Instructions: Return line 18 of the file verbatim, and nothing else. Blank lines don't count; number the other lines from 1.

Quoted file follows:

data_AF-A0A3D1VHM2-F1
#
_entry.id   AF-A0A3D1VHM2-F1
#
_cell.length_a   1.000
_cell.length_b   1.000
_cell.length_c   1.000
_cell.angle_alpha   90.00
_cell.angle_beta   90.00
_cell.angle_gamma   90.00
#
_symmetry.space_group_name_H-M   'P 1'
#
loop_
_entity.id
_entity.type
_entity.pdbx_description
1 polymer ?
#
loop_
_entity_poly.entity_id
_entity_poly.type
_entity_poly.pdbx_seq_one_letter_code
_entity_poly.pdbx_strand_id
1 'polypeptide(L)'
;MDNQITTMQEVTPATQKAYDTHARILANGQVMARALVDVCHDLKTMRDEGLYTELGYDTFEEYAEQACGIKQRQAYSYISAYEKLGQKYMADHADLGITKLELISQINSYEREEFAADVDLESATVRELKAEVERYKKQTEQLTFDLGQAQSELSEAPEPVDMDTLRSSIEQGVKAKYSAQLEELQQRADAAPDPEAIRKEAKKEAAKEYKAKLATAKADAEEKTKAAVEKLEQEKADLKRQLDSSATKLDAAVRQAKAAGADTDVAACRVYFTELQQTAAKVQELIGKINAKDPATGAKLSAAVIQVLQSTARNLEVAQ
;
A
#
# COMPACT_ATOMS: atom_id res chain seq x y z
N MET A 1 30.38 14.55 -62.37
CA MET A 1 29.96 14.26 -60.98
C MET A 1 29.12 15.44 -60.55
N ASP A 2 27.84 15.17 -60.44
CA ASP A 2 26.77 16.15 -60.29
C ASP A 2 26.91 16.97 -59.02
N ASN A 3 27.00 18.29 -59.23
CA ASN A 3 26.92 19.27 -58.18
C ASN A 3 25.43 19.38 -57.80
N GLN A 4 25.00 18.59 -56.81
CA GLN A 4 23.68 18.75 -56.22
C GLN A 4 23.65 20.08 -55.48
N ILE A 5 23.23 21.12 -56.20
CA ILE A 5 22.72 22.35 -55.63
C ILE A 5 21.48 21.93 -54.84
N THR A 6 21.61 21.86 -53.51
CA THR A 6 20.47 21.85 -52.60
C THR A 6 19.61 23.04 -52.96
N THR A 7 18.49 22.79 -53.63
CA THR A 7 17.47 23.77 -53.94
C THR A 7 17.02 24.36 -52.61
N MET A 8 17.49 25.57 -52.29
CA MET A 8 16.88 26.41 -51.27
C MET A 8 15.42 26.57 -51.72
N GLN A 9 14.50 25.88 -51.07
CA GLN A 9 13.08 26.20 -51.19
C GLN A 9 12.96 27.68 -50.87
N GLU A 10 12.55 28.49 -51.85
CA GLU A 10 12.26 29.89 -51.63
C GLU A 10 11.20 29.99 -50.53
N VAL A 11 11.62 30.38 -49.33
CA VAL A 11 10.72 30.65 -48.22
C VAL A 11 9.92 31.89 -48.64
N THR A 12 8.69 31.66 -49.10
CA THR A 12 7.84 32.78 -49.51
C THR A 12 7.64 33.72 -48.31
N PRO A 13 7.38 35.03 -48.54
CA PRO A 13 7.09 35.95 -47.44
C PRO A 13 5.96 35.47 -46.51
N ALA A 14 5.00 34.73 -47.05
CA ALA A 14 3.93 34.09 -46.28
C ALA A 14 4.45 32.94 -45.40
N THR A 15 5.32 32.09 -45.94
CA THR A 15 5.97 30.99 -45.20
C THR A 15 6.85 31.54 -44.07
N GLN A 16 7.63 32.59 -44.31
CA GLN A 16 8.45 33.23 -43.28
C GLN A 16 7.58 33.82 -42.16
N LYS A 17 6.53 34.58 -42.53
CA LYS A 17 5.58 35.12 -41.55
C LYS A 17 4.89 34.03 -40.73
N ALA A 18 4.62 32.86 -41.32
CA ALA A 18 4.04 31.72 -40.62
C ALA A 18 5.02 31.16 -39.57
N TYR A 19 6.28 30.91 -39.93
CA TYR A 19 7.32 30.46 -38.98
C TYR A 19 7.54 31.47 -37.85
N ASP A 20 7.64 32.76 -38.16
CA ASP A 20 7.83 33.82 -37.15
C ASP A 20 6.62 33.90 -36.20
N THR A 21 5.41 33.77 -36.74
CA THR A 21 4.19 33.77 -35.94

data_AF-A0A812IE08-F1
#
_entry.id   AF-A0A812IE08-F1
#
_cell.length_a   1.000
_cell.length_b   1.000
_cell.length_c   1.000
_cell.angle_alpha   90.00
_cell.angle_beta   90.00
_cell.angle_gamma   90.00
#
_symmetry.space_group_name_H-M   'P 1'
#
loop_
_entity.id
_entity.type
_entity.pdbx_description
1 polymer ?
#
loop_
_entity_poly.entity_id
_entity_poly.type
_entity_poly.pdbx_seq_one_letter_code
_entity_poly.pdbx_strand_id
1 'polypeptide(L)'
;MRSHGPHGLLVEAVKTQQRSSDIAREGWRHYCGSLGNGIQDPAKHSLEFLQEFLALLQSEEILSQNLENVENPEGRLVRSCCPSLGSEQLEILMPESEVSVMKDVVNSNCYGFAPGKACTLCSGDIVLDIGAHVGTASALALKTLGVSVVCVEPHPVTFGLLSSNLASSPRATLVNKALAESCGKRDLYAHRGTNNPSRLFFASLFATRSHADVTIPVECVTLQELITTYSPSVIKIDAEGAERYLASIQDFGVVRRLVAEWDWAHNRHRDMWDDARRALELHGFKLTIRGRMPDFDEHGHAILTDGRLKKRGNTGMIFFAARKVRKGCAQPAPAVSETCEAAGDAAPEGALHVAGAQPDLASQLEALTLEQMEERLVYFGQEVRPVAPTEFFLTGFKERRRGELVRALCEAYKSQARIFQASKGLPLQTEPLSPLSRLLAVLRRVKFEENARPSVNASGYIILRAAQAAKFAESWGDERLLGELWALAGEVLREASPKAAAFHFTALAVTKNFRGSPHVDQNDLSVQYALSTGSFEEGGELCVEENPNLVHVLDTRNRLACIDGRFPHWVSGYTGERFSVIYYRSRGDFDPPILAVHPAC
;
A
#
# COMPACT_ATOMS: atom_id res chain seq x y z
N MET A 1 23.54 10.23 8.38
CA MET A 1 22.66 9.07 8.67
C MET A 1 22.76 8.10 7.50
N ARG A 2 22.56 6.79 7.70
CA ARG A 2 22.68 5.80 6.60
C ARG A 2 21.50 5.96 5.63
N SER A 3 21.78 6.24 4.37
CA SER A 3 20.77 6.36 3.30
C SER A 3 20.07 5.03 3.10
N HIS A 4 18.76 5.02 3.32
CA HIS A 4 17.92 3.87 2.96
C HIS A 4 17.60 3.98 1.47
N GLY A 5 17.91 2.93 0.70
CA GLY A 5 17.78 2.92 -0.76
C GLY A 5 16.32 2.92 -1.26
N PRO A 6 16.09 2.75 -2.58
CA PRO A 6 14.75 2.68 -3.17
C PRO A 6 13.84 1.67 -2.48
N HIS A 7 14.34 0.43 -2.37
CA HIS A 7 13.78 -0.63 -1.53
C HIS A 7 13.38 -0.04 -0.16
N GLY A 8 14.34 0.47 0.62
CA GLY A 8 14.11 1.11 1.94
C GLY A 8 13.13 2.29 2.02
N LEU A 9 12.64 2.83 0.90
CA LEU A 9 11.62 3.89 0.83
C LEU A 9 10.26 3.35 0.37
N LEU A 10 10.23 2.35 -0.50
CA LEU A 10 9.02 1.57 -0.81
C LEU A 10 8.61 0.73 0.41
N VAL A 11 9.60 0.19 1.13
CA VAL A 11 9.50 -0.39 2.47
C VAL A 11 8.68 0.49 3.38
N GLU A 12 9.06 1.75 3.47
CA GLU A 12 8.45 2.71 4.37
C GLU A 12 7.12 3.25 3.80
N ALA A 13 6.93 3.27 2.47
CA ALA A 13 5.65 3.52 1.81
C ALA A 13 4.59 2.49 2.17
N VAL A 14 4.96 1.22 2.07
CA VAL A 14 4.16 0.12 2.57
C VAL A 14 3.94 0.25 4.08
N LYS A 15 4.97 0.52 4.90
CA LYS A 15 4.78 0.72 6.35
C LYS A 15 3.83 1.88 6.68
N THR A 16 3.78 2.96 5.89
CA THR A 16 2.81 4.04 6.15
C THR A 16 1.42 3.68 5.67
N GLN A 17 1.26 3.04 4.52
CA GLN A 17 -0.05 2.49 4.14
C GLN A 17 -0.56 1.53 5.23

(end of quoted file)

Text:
1 polymer ?